My musings. Possibly, background information about my life and some over sharing.

Drawing Instruction VI: Attachment Exercise

| 29 September, 2013 18:48

This is an important topic and a little less about drawing than about being an artist in general. It has some implications with regards to psychological phenomenon as well. Please read through and then there will be an exercise at the end. 

 

There are a number of different ways a human being can manifest attachment. Typically, this psychological theory, which was first exposed or publicly theorized was done so by John Bowlby, is discerned through human relationships. I want to use this psychological phenomenon to expose/expound upon a part of the creative process. 

 

There are two basic types of attachment: 1. Secure attachment; and 2. Insecure aatachment. Insecure attachment has a bunch of different subcategories of types of insecure attachments. It seems, though, that secure attachment simply is just that; and there doesn't seem to be subcategories of secure attachment types. 

 

Let's say, for now, that there are subcategories or different types of secure attachment an artist has with his/her work. We will say, for the sake of argument, that there are no insecure attachments in art making. I think to say that you have an insecure attachment to your work would mean that you are not making art. And we know you are here making art, right?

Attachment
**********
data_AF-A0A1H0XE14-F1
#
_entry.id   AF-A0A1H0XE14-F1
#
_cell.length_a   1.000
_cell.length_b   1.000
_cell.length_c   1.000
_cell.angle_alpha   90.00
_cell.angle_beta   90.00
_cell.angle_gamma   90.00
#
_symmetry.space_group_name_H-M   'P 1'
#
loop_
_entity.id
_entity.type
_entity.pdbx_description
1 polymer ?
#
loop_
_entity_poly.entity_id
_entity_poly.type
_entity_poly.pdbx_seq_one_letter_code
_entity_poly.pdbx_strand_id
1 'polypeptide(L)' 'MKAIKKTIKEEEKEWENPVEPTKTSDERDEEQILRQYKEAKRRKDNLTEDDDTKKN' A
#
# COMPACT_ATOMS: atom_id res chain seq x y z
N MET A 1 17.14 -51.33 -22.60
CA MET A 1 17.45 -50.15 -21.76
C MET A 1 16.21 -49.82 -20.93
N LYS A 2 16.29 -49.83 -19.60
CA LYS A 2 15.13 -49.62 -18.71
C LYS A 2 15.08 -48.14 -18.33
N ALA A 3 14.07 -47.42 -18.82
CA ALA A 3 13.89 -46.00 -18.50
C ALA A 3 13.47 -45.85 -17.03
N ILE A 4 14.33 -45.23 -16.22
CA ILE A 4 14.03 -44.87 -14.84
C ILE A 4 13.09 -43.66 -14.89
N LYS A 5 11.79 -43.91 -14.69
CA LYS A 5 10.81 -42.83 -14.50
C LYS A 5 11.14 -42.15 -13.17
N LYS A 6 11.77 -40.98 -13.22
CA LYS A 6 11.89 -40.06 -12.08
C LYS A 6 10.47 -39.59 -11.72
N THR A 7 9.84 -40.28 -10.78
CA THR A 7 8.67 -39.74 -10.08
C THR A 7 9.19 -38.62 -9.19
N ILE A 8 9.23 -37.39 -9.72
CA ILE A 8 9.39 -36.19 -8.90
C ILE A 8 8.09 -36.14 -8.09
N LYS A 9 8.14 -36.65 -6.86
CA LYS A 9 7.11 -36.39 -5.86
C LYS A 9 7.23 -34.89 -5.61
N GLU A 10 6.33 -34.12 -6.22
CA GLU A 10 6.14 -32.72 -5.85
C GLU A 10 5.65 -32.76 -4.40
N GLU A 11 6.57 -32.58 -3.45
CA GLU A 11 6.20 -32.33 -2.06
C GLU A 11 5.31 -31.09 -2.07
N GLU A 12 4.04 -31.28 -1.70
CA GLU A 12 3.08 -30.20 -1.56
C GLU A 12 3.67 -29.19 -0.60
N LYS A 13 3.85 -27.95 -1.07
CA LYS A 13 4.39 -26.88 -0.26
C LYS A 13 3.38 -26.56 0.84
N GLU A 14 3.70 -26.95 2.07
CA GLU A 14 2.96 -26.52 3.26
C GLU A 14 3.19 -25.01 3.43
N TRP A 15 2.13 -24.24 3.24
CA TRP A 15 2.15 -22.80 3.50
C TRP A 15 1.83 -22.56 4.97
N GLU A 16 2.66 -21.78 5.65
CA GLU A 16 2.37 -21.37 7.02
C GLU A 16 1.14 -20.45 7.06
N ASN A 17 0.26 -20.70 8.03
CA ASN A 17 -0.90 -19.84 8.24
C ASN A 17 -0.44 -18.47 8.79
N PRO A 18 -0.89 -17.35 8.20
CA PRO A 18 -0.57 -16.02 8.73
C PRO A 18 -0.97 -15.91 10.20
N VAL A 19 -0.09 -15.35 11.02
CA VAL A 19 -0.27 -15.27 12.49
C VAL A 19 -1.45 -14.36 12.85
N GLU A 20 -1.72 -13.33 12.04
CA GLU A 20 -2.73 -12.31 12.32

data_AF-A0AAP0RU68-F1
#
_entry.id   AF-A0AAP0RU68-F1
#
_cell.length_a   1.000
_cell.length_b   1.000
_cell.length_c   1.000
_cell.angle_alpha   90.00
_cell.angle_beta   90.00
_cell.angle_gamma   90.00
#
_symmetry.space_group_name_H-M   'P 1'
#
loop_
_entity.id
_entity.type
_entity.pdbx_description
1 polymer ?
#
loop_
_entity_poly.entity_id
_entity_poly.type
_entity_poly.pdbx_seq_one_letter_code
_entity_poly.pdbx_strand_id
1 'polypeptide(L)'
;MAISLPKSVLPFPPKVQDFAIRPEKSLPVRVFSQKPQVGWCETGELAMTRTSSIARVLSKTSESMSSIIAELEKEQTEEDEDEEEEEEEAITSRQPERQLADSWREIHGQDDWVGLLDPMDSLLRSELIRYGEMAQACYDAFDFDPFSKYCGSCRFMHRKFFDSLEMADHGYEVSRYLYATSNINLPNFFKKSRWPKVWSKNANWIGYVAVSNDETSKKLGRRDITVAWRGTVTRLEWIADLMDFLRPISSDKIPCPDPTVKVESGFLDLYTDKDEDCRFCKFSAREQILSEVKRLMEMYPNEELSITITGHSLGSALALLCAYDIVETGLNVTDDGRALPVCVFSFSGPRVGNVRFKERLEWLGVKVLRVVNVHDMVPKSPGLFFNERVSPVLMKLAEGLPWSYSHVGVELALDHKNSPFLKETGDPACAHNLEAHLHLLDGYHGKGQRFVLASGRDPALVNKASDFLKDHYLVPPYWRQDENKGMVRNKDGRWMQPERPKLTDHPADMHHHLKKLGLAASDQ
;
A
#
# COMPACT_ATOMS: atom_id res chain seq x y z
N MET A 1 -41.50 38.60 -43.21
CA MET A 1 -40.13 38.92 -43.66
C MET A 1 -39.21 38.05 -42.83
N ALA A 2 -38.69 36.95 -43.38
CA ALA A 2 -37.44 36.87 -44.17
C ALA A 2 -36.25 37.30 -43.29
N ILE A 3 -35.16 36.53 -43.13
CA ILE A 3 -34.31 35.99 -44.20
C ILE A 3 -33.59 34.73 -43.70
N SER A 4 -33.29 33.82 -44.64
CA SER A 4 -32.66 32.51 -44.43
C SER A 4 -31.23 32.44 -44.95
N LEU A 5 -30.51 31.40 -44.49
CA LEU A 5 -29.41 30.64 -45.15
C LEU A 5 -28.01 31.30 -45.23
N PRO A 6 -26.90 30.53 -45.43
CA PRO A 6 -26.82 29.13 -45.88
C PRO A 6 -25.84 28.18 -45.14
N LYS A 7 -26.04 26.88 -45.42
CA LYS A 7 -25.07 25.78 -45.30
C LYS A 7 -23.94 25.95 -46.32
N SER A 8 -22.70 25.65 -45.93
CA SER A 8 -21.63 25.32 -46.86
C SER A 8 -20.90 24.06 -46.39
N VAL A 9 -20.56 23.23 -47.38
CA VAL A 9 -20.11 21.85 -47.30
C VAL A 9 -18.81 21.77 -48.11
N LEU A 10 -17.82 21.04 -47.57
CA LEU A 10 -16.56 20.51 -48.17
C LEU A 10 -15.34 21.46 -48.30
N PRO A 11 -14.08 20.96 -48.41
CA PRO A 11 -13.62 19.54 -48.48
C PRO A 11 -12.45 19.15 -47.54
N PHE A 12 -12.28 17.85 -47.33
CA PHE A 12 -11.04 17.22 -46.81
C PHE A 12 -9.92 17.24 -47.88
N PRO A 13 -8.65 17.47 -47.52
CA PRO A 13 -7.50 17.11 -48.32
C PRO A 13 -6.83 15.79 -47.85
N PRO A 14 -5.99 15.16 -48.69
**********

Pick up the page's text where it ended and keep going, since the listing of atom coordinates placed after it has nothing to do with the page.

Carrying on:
First, I will say that you have a secure attachment to your work; meaning you esteem your work--you hold it in high regard. You put time into making it just right. You don't want to see anything bad happen to it. You want other people to like it. You want other people to see it and like it as well.

 

Then you have your process. You have your way that you set up, draw, do your thing and then show it off. You also have your particular level of obssession with your work. 

 

Let's break it down: 

 

Secure attachment includes:

 

1. esteem- a feeling of high regard for your work

 

2. time spent on your work

 

3. protectiveness of your work

 

4. desire to show others your work

 

5. an art making process

 

6. a level of obssessiveness 

 

We will take each one in turn:

 

1. esteem- a feeling of high regard for your work

 

Take some time today to look back at some of your things and realize how much you like certain things you have made. Spend some time deciding that you made the marks you did for a reason. You made those marks because that is what you saw in your mind's eye.

 

It's easy to get wrapped up thinking that your work is either GOOD or BAD compared to someone else or against the image you are attempting to produce. For the purpose of this exercise put this out of your mind. Put it out of your mind in a way where you know there is always room for improvement and that is what you plan to do--improve. But put out any comparison now. Look at your drawing for exactly what it is. There is no way to undo it unless you do it again--better. 

 

Enjoy it for exactly and only what it is. Revisit some of your feelings you had during that drawing and realize which of your feelings were productive and which of your feelings were not. Try to remember which lines you were drawing when you felt productive opposed to unproductive.